Front and center of tomorrow's society – learn smarter, teach harder
And they will come. The teaching profession has lost its luster. Teachers are exhausted from the tedious work of lesson planning and marking, tired of the lack of decent pay and respect for the profession. A career as an educator used to be a 20-30 plus year trade but now reduced to about a 3-5 year “bid”. The shortage of dedicated professionals in the classrooms could lead to bigger classes, or, worse, to the automation of the field.
The curse (and blessing) of the rapid technological advancements of the past 30 years is that automation can sometimes replace human-run jobs. Between 1811 and 1816, a group of technology-fearing weavers, called Luddites, routinely attacked loom machines in protest to the loss of their trade. Their call to action was spurred by their proverbial reading of the tea leaves – they were no longer needed. Fast-forward to the 21st century and we see that technological advances have helped the overall world economy and contributed to the displacement of human capital to do other great things (hopefully).
More machines and computers and less manual laborers are on the floors of car manufacturing factories; specialized website and computer programs hijacked some aspects tax programs that accountants used to monopolize, and people don’t need wedding DJs since iTunes and the likes are holding down the “shake your groove thing” fort. However, today a few age-old professions such as nurses, police/soldiers, and teachers are still viewed as nearly untouchable to the idea of being replaceable with automated inventions. People who have big hearts run these occupations – no algorithm-run machine can replace what they do. But, is this a bad case of occupational hubris of titanic proportions?
Already, in places like Japan, robot nurses are being introduced into the field. It’s in the developing stages, but has potential in this occupation of very high shortages. In the U.S. and other advanced military countries, Robocops and Robosoldiers are in the making as well (heck, military drones already have replaced the need for attack plane pilots). What makes teachers so secure from robots?
Industrialists and technocrats of hardcore capitalist societies are always ten steps ahead of everyone else. Their mantra is similar to Beyoncé’s “Irreplaceable”. They can have another you (the teacher) any minute; matter of fact, he’ll be here in a minute. Faced with shrinking budgets, shrinking human capital (i.e. more teachers), and rising school
enrollments, it seems almost inevitable for machines to take over the education profession.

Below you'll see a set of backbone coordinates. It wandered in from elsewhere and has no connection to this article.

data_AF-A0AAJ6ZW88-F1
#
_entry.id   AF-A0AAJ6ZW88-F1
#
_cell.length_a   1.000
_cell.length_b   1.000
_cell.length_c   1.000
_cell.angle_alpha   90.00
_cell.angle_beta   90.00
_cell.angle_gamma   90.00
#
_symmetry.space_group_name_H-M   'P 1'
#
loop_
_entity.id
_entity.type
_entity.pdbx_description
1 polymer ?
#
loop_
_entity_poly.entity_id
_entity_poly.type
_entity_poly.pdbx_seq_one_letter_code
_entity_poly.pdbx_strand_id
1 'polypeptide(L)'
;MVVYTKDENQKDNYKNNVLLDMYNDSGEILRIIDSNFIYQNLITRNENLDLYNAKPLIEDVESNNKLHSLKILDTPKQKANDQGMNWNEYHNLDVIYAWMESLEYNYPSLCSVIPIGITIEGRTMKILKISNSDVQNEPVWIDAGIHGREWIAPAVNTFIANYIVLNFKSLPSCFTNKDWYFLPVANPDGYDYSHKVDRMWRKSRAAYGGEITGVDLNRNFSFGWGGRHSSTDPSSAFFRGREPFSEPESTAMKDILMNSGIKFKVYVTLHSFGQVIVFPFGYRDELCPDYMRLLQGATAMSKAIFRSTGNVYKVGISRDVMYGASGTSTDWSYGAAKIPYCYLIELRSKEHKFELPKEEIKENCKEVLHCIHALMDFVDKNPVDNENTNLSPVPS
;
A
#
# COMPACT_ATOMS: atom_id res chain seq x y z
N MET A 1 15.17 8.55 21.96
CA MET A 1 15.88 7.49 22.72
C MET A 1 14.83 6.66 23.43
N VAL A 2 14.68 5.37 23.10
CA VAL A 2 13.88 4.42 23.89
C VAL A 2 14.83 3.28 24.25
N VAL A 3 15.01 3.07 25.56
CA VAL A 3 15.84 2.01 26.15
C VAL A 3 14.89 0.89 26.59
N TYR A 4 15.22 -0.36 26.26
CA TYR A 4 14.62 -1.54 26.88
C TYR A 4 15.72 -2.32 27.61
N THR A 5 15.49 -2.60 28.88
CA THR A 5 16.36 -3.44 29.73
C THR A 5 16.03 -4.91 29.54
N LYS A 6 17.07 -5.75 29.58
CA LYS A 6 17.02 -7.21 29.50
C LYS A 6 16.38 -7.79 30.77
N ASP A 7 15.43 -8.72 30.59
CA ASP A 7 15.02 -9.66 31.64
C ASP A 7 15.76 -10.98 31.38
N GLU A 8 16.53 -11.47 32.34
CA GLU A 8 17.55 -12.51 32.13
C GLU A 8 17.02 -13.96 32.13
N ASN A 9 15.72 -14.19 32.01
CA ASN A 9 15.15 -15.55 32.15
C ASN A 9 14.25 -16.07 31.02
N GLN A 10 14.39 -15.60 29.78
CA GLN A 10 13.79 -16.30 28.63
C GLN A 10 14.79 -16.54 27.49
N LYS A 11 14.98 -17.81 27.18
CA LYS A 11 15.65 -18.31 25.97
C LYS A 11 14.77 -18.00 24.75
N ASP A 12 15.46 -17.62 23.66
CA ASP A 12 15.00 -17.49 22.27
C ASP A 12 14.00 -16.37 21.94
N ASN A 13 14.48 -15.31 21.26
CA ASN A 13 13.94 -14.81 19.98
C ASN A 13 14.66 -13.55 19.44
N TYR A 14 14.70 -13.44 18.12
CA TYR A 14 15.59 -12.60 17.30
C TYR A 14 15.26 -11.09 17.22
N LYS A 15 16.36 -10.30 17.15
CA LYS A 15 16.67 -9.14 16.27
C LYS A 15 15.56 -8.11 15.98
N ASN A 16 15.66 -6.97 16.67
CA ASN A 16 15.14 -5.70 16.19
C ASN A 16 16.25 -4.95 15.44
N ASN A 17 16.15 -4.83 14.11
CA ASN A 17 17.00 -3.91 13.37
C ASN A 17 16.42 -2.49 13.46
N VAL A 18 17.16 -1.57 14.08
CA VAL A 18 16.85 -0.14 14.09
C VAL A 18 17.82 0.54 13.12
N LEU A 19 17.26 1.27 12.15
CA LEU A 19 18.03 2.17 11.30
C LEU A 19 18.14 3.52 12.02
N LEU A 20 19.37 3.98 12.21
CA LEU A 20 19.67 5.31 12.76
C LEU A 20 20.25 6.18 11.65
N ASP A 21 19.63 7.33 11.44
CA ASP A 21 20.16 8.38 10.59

These android educators, I will call them androcators (I think I need a copyright on that name), are around the corner. Korea is already experimenting with androcators. Please keep in mind how long it took the U.S. and other countries to catch up with Korea and Japan’s cell phone capabilities and video game illness diagnoses. The machines are around the corner and coming to a classroom near you!
Our 21st-century students are already geared to self-discovery via technologically driven tools. My brother-in-law learned how to create mobile games from watching YouTube videos, and my son learned his English and Arabic ABCs (Alif, Baa, Taa) on his iPad. Imagine how many people learned how to play guitar, apply makeup, or perform calculus without the help of being in the presence of professional educators. In other words, many of today’s learners do not necessarily need the physical presence of an instructor to discover, study, and produce creative works. If anything, modern technology has replaced the stereotypical worksheet administering shell of a teacher who is there to keep the teacher’s chair warm and cash a check.
What to do? Should we send a teacher-soldier in the past to destroy SkyNet before it activates the Androcator T-1000?
This is not possible and this is not a movie; it’s just my prediction. But I honestly believe that as professional educators, we need to stay on our toes with diversifying our abilities as professionals in the classroom and beyond (we are not “doomed” to being “just a teacher” all of our lives). Many other jobs could use the skillsets you developed as a teacher.
Moreover, as Bruce Lee so poignantly asserted “Don’t think! Feel!” As an in-tuned, passionate educator, one must have his or her heart in the classroom. Students can see and will appreciate it for years on end. Love is what will separate the competent and admired teachers from the drones and androcators. But when the thrill is gone, when the love for the profession has tipped toward it being just another job, figure out how the Android teachers would like their break room coffee.